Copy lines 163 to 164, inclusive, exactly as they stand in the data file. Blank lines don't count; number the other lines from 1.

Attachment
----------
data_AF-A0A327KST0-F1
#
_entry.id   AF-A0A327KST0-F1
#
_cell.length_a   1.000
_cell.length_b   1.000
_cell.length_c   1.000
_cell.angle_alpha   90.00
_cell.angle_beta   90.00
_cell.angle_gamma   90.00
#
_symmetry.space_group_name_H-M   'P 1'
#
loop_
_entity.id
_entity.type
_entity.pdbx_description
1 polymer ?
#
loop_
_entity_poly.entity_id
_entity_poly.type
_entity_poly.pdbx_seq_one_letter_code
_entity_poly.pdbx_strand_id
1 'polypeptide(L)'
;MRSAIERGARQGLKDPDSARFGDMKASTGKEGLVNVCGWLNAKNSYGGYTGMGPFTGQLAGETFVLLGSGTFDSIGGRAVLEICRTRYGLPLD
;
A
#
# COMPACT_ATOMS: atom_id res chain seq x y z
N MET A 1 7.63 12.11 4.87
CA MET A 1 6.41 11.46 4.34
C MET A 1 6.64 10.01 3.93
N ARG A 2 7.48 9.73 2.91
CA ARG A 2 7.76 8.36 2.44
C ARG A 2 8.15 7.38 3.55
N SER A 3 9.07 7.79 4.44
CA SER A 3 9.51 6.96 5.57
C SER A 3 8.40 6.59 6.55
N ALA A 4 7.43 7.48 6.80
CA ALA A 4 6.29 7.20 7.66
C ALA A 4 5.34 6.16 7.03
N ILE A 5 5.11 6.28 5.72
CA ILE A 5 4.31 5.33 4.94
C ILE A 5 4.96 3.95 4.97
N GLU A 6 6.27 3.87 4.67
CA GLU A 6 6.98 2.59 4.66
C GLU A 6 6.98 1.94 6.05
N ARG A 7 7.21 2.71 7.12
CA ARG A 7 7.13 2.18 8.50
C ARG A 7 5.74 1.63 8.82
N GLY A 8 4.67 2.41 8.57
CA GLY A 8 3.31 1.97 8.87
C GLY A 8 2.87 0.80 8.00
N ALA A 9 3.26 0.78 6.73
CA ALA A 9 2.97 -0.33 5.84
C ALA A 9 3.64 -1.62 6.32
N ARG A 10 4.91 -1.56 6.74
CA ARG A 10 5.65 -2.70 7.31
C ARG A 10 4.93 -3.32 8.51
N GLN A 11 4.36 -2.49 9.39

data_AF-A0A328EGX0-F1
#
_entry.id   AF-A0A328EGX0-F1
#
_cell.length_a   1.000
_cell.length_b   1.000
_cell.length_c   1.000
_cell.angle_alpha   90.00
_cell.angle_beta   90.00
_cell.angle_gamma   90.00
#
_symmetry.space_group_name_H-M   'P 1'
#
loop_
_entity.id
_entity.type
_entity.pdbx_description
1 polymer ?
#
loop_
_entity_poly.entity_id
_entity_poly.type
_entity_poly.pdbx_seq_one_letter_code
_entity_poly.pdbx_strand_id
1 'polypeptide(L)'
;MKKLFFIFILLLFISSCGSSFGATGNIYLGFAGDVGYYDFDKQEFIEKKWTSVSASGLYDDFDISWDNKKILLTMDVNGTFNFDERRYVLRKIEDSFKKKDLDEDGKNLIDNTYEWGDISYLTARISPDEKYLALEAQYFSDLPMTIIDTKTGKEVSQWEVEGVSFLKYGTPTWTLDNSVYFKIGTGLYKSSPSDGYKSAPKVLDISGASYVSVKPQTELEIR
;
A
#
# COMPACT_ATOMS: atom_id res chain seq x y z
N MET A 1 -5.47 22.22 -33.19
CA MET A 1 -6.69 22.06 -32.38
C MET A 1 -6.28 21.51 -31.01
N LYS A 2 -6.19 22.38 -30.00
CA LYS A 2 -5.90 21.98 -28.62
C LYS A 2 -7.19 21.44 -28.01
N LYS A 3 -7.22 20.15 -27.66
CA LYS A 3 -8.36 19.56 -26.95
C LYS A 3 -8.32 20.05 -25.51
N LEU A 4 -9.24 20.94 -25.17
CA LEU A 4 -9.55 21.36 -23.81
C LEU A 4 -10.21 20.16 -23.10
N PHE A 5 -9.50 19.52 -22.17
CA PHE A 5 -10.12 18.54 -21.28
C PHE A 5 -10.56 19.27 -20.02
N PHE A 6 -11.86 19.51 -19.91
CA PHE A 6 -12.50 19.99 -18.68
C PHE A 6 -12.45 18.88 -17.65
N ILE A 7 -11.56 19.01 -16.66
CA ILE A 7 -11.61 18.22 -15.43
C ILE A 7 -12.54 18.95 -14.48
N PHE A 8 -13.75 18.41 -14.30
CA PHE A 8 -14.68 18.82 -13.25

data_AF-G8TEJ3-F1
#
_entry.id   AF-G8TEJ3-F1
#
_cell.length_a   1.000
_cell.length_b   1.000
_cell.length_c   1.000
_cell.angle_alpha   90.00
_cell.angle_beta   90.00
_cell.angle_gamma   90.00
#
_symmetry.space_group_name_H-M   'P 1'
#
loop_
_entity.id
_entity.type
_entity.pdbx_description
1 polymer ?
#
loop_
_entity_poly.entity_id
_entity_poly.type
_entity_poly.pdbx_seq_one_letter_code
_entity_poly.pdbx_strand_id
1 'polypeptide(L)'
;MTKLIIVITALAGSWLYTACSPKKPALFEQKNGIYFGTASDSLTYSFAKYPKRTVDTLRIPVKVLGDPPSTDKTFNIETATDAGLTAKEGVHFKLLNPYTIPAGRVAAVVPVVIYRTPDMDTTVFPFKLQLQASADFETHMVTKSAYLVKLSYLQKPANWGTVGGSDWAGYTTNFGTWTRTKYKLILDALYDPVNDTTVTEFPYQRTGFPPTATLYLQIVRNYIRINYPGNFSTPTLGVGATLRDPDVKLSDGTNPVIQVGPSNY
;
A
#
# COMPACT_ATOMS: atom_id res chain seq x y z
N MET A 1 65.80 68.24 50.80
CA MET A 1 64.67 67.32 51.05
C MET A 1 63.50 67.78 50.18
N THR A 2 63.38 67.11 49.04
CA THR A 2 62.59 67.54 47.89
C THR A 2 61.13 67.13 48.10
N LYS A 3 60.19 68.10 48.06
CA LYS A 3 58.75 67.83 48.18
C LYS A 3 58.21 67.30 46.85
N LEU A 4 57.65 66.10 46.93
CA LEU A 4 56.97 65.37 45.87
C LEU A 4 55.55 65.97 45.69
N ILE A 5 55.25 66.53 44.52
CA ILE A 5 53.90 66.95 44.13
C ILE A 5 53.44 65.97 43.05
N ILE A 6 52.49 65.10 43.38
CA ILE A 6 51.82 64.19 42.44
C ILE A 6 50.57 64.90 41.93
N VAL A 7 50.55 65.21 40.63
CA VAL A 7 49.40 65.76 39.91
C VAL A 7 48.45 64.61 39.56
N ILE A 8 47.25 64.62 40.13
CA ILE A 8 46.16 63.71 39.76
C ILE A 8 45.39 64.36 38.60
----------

N VAL A 7 50.55 65.21 40.63
CA VAL A 7 49.40 65.76 39.91